Do you have a secret treat, a local delicacy that you’d be willing to share with Vancouver Sun readers? Let me know at the email above, and I might check it out and perhaps do a column about it. The rules? The culinary object of your desire, be it sweet or savoury, must not only be delicious, but unusual and not mass-produced, something tasty that can’t be found at your average restaurant or chain grocery store. And it must be a single item – preferably something you can hold in one hand and eat on the run.
好消息, 好消息!! 十月二十四日二零零八年, 加拿大廚藝隊在国際奧林匹克廚藝比賽上贏得四面金牌, 世界排名第五! 新之美餅店行政總廚Mickey任加拿大隊西餅總廚.
“French Macaron” ***Gluten Free*** Let me tell you a bit about myself. My name is “Macaron” or “Gerbet,” but between the two of us, I prefer to be called “Macaron.” I am round and tempting to the eye. I am made primarily of almond flour, sugar, and egg whites.
Throughout the years, very little has changed in terms of my components. I have always had a very classic flavor and my colors have always been very mellow, but recently, two renowned chefs have experimented with me by giving me countless colors and flavors beyond your wildest imagination.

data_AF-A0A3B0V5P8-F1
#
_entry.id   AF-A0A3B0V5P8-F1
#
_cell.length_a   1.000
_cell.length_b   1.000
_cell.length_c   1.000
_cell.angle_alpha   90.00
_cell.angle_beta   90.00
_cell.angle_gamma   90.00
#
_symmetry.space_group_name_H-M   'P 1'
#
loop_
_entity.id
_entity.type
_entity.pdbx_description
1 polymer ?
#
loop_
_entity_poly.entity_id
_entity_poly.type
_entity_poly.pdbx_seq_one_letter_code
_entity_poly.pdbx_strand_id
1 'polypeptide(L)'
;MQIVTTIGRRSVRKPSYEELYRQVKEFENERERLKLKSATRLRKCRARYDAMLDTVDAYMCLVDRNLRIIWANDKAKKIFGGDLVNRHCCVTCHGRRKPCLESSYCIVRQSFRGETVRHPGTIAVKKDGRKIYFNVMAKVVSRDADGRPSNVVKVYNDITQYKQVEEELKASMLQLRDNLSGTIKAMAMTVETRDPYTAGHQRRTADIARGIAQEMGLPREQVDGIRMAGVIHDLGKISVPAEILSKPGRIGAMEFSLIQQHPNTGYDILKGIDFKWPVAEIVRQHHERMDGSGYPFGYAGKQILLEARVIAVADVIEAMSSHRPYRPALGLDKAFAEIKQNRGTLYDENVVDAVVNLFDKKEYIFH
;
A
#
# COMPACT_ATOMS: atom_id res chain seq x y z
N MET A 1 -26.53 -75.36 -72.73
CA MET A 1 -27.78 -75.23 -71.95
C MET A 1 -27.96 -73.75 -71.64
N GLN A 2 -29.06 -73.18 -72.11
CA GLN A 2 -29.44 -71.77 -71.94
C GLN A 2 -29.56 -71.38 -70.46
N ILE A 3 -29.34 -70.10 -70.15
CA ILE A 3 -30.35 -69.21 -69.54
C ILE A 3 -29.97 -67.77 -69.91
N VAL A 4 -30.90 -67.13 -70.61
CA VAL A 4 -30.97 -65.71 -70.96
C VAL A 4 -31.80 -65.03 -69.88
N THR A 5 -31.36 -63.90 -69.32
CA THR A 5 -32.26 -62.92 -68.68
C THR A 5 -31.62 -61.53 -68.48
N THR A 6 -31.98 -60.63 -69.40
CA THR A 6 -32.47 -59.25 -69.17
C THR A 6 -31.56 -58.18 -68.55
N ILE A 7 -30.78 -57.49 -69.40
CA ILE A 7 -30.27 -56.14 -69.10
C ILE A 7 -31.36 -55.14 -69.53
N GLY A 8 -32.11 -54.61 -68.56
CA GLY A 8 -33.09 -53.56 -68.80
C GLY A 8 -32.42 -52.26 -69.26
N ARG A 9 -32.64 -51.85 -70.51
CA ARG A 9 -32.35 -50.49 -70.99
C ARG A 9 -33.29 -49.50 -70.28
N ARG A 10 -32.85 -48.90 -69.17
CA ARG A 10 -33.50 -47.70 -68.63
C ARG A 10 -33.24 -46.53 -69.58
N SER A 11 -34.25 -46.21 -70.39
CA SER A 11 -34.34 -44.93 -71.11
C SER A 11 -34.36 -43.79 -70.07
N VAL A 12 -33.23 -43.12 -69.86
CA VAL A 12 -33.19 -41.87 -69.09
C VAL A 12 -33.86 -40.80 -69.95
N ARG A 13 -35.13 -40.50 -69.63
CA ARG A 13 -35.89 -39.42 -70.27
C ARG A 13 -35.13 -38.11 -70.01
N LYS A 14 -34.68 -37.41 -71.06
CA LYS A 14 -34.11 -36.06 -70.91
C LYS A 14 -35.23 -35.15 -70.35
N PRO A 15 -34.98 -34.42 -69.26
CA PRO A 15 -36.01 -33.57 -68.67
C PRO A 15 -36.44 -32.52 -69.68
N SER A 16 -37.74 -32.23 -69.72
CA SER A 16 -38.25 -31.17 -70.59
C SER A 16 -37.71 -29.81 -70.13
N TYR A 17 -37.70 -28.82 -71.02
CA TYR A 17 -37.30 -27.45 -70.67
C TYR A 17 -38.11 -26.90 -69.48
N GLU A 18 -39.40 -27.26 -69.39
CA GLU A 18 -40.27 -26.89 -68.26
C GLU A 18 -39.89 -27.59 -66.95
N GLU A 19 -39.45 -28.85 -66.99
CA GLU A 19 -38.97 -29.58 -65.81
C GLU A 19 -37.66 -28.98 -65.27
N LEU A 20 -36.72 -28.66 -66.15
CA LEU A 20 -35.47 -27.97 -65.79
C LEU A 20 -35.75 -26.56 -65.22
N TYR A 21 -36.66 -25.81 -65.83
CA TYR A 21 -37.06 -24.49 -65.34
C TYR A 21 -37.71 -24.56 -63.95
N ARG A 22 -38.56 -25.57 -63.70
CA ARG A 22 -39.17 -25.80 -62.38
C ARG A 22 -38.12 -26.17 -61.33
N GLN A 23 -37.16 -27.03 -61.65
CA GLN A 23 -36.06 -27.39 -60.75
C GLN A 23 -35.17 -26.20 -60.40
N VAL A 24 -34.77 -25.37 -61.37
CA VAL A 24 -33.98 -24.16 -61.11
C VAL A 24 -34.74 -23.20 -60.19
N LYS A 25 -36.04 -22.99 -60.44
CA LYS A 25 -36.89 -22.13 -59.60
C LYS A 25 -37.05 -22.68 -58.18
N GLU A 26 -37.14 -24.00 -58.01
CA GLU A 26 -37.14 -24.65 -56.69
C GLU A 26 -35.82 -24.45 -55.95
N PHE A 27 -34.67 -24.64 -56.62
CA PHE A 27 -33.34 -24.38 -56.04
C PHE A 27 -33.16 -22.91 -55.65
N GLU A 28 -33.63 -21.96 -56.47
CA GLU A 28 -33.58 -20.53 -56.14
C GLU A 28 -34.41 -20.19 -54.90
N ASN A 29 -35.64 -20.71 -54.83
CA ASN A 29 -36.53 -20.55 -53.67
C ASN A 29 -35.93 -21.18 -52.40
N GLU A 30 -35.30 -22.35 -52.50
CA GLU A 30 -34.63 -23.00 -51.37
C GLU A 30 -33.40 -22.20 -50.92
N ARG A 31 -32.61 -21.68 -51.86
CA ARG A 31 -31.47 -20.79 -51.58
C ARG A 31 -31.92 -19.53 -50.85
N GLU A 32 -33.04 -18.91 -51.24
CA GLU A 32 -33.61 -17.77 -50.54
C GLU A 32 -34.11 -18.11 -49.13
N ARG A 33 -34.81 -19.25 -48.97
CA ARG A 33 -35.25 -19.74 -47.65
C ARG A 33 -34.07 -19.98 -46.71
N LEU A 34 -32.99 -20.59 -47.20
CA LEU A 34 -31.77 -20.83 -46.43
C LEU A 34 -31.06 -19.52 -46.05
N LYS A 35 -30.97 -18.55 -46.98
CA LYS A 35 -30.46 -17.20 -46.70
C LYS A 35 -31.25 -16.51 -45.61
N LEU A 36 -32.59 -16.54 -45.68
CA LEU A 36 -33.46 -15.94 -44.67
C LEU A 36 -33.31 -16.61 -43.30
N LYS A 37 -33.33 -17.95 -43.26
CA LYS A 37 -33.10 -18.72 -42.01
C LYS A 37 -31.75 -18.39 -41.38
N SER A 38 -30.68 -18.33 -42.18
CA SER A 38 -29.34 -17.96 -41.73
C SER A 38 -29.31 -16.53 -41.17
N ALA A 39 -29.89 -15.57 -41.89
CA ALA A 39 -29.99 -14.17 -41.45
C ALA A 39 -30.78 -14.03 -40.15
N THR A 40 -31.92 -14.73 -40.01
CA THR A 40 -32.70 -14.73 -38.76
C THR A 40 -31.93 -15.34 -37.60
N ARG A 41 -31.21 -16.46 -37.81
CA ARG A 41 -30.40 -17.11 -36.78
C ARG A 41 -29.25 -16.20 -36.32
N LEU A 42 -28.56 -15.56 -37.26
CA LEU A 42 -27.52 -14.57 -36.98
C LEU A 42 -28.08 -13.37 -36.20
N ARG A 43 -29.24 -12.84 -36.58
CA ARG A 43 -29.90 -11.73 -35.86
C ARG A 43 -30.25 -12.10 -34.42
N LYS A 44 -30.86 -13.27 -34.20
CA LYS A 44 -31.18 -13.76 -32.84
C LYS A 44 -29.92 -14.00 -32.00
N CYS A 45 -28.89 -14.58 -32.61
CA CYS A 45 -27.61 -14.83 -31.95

Over the years many have experimented with my shape, but whenever possible, I prefer my classic round form. I have become the most coveted cookie in France, particularly in Paris. I am a bit of a trendy item for people to serve, the favorite sweet of children, the ideal breakfast treat, the beloved cookie of Parisian tea salons, the fashionable gift to give, and the ideal cookie for holidays such as Valentine’s Day and Mother’s Day, and finally, without sounding pretentious, I am a bit of a *Star*. Despite my popularity in Europe and Asia in particular, I have not had much success yet in Canada. Although it is possible for you to find me here, more often than not it is at extremely expensive prices.